Draw for college places 'unfair to brightest pupils'
AN overhaul of the Leaving Certificate points system by introducing a lottery for university places could be a disincentive for the brightest students, the academic proposing the change admitted yesterday.
A university president last night also expressed concern about the proposal and how it would work.
In a report for the National Council for Curriculum and Assessment (NCCA) -- the body that monitors what is taught in schools -- Prof Aine Hyland set out a series of proposals for reform of the points system.
Her most controversial proposal is the introduction of a lottery system where universities set minimum-entry criteria for each course and everyone who meets these requirements is then entered into a lottery for a place.
The idea was considered by the Points Commission in 1999, which Prof Hyland chaired, but was dropped from the group's final report after it failed to win public support.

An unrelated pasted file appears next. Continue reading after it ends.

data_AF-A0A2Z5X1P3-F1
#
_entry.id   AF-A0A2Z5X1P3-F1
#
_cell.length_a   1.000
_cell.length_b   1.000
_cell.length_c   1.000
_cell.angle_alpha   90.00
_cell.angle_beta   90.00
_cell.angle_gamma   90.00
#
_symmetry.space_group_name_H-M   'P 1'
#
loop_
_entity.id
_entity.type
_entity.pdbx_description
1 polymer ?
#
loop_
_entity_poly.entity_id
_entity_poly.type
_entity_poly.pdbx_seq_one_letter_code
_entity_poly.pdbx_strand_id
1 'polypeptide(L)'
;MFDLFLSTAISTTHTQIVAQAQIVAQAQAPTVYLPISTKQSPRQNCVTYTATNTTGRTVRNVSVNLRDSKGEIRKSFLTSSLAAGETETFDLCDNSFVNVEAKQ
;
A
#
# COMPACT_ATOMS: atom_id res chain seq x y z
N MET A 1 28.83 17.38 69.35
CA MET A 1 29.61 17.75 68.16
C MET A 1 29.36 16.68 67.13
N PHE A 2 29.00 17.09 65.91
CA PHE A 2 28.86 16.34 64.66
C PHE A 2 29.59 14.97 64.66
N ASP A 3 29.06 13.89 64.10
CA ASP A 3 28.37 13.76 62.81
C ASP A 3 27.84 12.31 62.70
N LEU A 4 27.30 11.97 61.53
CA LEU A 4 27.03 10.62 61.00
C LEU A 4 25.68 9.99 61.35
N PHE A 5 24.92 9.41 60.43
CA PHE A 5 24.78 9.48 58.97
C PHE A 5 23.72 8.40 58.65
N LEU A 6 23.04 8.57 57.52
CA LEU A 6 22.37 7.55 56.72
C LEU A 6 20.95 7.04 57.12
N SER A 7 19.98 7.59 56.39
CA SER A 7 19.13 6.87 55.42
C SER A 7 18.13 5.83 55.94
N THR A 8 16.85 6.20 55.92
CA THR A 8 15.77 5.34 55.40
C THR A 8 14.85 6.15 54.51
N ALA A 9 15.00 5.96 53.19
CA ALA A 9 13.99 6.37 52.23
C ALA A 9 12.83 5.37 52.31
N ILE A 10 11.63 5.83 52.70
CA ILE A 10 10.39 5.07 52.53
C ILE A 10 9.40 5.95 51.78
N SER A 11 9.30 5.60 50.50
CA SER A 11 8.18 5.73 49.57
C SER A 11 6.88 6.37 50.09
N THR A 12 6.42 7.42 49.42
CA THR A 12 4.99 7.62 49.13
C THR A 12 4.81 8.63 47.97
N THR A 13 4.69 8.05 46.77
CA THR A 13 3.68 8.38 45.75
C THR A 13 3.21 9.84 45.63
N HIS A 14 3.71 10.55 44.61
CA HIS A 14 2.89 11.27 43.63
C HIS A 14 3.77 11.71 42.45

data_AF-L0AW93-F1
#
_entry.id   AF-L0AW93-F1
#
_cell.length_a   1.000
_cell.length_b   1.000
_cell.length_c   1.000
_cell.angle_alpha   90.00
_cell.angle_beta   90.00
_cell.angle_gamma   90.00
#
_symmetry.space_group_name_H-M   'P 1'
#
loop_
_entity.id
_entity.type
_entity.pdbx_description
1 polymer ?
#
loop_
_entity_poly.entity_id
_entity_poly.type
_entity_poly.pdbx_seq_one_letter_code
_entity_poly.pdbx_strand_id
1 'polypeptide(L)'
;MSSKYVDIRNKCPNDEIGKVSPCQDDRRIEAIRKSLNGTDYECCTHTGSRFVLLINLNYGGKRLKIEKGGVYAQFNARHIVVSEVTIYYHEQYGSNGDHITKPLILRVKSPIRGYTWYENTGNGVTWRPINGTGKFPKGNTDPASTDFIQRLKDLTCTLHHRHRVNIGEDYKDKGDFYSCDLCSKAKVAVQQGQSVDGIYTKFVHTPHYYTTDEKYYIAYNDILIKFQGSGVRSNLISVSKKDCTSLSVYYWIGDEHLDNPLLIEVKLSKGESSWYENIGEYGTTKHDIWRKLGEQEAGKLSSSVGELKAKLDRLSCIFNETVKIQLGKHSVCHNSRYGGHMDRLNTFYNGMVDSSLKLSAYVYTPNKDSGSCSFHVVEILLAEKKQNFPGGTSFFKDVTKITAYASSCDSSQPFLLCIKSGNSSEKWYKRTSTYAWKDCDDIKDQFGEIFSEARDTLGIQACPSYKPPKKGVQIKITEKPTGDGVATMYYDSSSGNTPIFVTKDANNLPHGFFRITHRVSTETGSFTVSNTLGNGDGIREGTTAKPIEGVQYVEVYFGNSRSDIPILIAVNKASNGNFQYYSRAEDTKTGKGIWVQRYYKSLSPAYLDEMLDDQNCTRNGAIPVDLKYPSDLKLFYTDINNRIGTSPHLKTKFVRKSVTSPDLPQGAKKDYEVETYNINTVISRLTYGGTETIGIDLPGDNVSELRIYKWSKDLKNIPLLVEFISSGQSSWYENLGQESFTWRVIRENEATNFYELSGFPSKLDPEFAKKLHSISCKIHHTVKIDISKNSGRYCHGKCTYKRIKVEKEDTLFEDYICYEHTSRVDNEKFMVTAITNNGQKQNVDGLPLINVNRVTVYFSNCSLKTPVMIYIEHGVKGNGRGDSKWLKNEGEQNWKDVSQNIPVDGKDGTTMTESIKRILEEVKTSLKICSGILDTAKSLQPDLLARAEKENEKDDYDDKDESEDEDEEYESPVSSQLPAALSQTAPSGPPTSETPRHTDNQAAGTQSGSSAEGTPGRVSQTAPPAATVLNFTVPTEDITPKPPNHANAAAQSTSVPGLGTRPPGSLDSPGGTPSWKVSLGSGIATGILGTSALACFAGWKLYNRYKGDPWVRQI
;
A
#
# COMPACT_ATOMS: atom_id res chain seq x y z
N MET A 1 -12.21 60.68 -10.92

The fear is that a lottery system means students would have no incentive to work hard as they may not be rewarded with their first-choice college course.
"I think there is a valid concern there but you can use a weighted system -- people with high points have a much higher probability of being selected than those with lower points," she explained.
Prof Hyland said a lottery would ensure a "more equitable system" and reduce pressure on students to perform in the Leaving Cert.
However, it is still only a proposal and could take several years to implement -- and only then it if gets the backing of third-level institutions.
Among her other proposals were:
•Bonus points for maths and English, as students who perform well in these exams are more likely to do well at third-level.
•A reduction in the number of specialised college courses and more generic courses.
•Students intending to study medicine or other professional courses should first complete a foundation course.
Prof Hyland, emeritus professor of education at UCC, was highly critical of the predictability of Leaving Cert exam papers and said this was encouraging rote learning.
Education Minister Ruairi Quinn said any new model would "have to have the same level of trust and transparency that the present system has".